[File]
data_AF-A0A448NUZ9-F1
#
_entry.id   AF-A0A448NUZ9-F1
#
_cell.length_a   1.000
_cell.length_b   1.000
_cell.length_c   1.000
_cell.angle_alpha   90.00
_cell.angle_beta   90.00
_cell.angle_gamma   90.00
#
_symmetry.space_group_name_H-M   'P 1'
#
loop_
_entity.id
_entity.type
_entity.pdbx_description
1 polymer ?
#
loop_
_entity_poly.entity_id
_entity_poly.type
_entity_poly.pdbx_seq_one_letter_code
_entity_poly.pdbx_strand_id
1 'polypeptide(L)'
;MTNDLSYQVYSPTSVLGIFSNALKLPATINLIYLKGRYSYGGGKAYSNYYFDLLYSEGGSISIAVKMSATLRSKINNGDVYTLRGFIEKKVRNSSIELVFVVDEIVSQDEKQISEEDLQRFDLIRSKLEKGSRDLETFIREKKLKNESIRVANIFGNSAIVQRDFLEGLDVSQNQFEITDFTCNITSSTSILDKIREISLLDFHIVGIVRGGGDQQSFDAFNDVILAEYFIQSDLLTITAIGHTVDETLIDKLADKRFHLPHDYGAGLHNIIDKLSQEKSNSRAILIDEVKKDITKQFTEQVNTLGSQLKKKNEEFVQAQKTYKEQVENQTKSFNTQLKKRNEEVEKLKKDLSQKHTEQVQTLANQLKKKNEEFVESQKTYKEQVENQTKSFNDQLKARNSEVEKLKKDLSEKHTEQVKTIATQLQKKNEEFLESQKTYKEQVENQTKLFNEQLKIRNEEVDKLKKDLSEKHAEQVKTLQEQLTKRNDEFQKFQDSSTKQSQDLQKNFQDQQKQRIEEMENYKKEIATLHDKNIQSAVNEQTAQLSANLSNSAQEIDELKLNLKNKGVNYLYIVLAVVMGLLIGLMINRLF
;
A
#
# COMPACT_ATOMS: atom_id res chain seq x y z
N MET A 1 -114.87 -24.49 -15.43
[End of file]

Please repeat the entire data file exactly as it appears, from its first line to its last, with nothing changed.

data_AF-A0A448NUZ9-F1
#
_entry.id   AF-A0A448NUZ9-F1
#
_cell.length_a   1.000
_cell.length_b   1.000
_cell.length_c   1.000
_cell.angle_alpha   90.00
_cell.angle_beta   90.00
_cell.angle_gamma   90.00
#
_symmetry.space_group_name_H-M   'P 1'
#
loop_
_entity.id
_entity.type
_entity.pdbx_description
1 polymer ?
#
loop_
_entity_poly.entity_id
_entity_poly.type
_entity_poly.pdbx_seq_one_letter_code
_entity_poly.pdbx_strand_id
1 'polypeptide(L)'
;MTNDLSYQVYSPTSVLGIFSNALKLPATINLIYLKGRYSYGGGKAYSNYYFDLLYSEGGSISIAVKMSATLRSKINNGDVYTLRGFIEKKVRNSSIELVFVVDEIVSQDEKQISEEDLQRFDLIRSKLEKGSRDLETFIREKKLKNESIRVANIFGNSAIVQRDFLEGLDVSQNQFEITDFTCNITSSTSILDKIREISLLDFHIVGIVRGGGDQQSFDAFNDVILAEYFIQSDLLTITAIGHTVDETLIDKLADKRFHLPHDYGAGLHNIIDKLSQEKSNSRAILIDEVKKDITKQFTEQVNTLGSQLKKKNEEFVQAQKTYKEQVENQTKSFNTQLKKRNEEVEKLKKDLSQKHTEQVQTLANQLKKKNEEFVESQKTYKEQVENQTKSFNDQLKARNSEVEKLKKDLSEKHTEQVKTIATQLQKKNEEFLESQKTYKEQVENQTKLFNEQLKIRNEEVDKLKKDLSEKHAEQVKTLQEQLTKRNDEFQKFQDSSTKQSQDLQKNFQDQQKQRIEEMENYKKEIATLHDKNIQSAVNEQTAQLSANLSNSAQEIDELKLNLKNKGVNYLYIVLAVVMGLLIGLMINRLF
;
A
#
# COMPACT_ATOMS: atom_id res chain seq x y z
N MET A 1 -114.87 -24.49 -15.43